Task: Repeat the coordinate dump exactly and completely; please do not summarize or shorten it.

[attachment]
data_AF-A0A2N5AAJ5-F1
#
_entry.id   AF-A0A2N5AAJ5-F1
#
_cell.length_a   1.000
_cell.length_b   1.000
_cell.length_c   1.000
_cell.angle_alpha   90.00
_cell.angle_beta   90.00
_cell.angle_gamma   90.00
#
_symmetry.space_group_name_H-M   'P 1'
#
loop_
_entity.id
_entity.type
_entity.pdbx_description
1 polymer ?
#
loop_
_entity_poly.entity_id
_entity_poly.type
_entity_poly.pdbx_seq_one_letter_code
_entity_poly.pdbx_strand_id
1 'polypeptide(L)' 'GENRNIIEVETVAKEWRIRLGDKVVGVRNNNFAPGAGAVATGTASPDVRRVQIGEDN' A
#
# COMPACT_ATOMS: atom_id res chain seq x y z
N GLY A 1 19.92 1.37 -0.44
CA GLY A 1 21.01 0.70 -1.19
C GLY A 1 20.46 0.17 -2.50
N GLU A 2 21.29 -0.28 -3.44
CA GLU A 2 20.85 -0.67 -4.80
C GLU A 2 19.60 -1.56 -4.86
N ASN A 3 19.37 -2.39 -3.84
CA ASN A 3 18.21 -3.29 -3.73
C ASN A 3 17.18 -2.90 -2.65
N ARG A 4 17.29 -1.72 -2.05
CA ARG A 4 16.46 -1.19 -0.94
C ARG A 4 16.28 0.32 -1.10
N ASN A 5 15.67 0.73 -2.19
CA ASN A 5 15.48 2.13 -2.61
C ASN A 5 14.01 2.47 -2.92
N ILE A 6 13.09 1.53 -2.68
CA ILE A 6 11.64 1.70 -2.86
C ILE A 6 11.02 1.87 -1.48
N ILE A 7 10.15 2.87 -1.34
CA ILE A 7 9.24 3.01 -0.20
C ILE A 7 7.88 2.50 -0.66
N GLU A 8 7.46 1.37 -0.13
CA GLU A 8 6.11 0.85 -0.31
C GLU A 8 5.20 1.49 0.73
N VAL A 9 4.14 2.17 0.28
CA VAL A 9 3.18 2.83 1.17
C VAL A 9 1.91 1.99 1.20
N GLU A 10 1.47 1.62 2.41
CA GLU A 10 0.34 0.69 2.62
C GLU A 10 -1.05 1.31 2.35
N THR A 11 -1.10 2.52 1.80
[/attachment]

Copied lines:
data_AF-A0A2N5AAJ5-F1
#
_entry.id   AF-A0A2N5AAJ5-F1
#
_cell.length_a   1.000
_cell.length_b   1.000
_cell.length_c   1.000
_cell.angle_alpha   90.00
_cell.angle_beta   90.00
_cell.angle_gamma   90.00
#
_symmetry.space_group_name_H-M   'P 1'
#
loop_
_entity.id
_entity.type
_entity.pdbx_description
1 polymer ?
#
loop_
_entity_poly.entity_id
_entity_poly.type
_entity_poly.pdbx_seq_one_letter_code
_entity_poly.pdbx_strand_id
1 'polypeptide(L)' 'GENRNIIEVETVAKEWRIRLGDKVVGVRNNNFAPGAGAVATGTASPDVRRVQIGEDN' A
#
# COMPACT_ATOMS: atom_id res chain seq x y z
N GLY A 1 19.92 1.37 -0.44
CA GLY A 1 21.01 0.70 -1.19
C GLY A 1 20.46 0.17 -2.50
N GLU A 2 21.29 -0.28 -3.44
CA GLU A 2 20.85 -0.67 -4.80
C GLU A 2 19.60 -1.56 -4.86
N ASN A 3 19.37 -2.39 -3.84
CA ASN A 3 18.21 -3.29 -3.73
C ASN A 3 17.18 -2.90 -2.65
N ARG A 4 17.29 -1.72 -2.05
CA ARG A 4 16.46 -1.19 -0.94
C ARG A 4 16.28 0.32 -1.10
N ASN A 5 15.67 0.73 -2.19
CA ASN A 5 15.48 2.13 -2.61
C ASN A 5 14.01 2.47 -2.92
N ILE A 6 13.09 1.53 -2.68
CA ILE A 6 11.64 1.70 -2.86
C ILE A 6 11.02 1.87 -1.48
N ILE A 7 10.15 2.87 -1.34
CA ILE A 7 9.24 3.01 -0.20
C ILE A 7 7.88 2.50 -0.66
N GLU A 8 7.46 1.37 -0.13
CA GLU A 8 6.11 0.85 -0.31
C GLU A 8 5.20 1.49 0.73
N VAL A 9 4.14 2.17 0.28
CA VAL A 9 3.18 2.83 1.17
C VAL A 9 1.91 1.99 1.20
N GLU A 10 1.47 1.62 2.41
CA GLU A 10 0.34 0.69 2.62
C GLU A 10 -1.05 1.31 2.35
N THR A 11 -1.10 2.52 1.80